Larry Abrams from the Bleepingcomputer site noted: "In a surprising end to TeslaCrypt, the developers shut down their ransomware and released the master decryption key. Over the past few weeks, an analyst for ESET had noticed that the developers of TeslaCrypt have been slowly closing their doors, while their previous distributors have been switching over to distributing the CryptXXX ransomware.
"When the ESET researcher realized what was happening, he took a shot in the dark and used the support chat on the Tesla payment site to ask if they would release the master TeslaCrypt decryption key. To his surprise and pleasure, they agreed to do so and posted it on their now defunct payment site.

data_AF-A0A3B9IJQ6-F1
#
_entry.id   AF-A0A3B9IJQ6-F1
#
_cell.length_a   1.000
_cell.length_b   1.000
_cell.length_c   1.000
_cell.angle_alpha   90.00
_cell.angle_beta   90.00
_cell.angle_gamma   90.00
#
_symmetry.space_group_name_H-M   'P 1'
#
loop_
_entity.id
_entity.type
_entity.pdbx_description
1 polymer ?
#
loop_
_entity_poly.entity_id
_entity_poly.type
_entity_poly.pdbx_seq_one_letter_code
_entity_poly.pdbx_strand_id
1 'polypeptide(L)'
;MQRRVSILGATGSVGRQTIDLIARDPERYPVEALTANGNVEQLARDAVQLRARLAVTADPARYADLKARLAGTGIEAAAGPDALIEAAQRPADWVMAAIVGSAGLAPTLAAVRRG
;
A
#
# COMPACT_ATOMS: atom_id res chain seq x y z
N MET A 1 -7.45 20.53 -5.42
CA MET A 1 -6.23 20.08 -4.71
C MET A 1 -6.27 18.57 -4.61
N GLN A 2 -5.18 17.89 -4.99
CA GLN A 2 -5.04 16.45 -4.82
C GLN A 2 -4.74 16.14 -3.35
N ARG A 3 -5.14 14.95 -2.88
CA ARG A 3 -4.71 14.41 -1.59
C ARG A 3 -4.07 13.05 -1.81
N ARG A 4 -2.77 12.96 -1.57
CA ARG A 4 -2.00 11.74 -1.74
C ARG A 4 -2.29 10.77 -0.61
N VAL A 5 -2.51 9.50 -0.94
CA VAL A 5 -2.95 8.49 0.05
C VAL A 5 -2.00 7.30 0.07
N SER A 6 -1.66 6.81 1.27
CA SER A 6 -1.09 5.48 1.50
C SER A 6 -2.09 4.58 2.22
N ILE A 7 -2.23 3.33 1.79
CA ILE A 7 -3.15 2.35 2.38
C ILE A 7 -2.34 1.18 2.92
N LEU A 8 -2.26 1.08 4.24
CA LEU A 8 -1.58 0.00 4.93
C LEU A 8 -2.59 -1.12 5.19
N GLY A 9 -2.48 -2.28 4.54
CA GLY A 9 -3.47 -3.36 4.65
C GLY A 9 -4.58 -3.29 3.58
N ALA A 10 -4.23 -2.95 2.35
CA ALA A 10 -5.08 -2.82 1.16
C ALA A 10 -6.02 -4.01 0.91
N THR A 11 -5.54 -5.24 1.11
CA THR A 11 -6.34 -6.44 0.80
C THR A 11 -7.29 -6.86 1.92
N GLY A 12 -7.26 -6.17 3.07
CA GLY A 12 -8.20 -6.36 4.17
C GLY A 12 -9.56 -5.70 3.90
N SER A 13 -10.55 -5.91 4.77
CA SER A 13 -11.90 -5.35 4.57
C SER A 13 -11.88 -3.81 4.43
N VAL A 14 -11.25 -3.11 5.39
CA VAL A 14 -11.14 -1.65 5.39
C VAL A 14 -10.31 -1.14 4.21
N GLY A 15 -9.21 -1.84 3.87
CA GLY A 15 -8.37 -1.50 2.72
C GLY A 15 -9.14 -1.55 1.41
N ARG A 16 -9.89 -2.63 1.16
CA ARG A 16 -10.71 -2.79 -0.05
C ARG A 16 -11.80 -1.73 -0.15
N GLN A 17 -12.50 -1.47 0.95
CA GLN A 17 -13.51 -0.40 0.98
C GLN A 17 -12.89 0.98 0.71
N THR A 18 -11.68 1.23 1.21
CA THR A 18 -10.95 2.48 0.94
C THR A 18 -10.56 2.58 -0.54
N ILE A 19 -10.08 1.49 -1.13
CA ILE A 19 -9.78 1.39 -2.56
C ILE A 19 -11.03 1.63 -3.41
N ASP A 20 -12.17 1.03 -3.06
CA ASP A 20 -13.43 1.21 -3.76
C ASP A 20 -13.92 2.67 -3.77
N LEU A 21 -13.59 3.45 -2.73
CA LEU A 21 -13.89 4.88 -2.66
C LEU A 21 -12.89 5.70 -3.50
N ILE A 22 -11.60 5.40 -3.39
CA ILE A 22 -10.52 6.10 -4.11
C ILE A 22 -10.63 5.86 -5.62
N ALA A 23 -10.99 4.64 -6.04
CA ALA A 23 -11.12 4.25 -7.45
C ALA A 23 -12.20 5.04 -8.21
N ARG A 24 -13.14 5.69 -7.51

Now that the decryption key has been made publicly available, this allowed TeslaCrypt expert BloodDolly to update TeslaDecoder to version 1.0 so that it can decrypt version 3.0 and version 4.0 of TeslaCrypt encrypted files. This means that anyone who has TeslasCrypt encrypted files with the .xxx, .ttt, .micro, .mp3, or encrypted files without an extension can now decrypt their files for free!
Read more how to do this at the post over at bleepingcomputer.
Although TeslaCrypt is no longer a threat, we see countless strains of ransomware being created all the time. KnowBe4's integrated training and phishing platform allows you to send attachments with Word Docs with macros in them, so you can see which users open the attachments and then enable macros!
See it for yourself and get a live, one-on-one demo.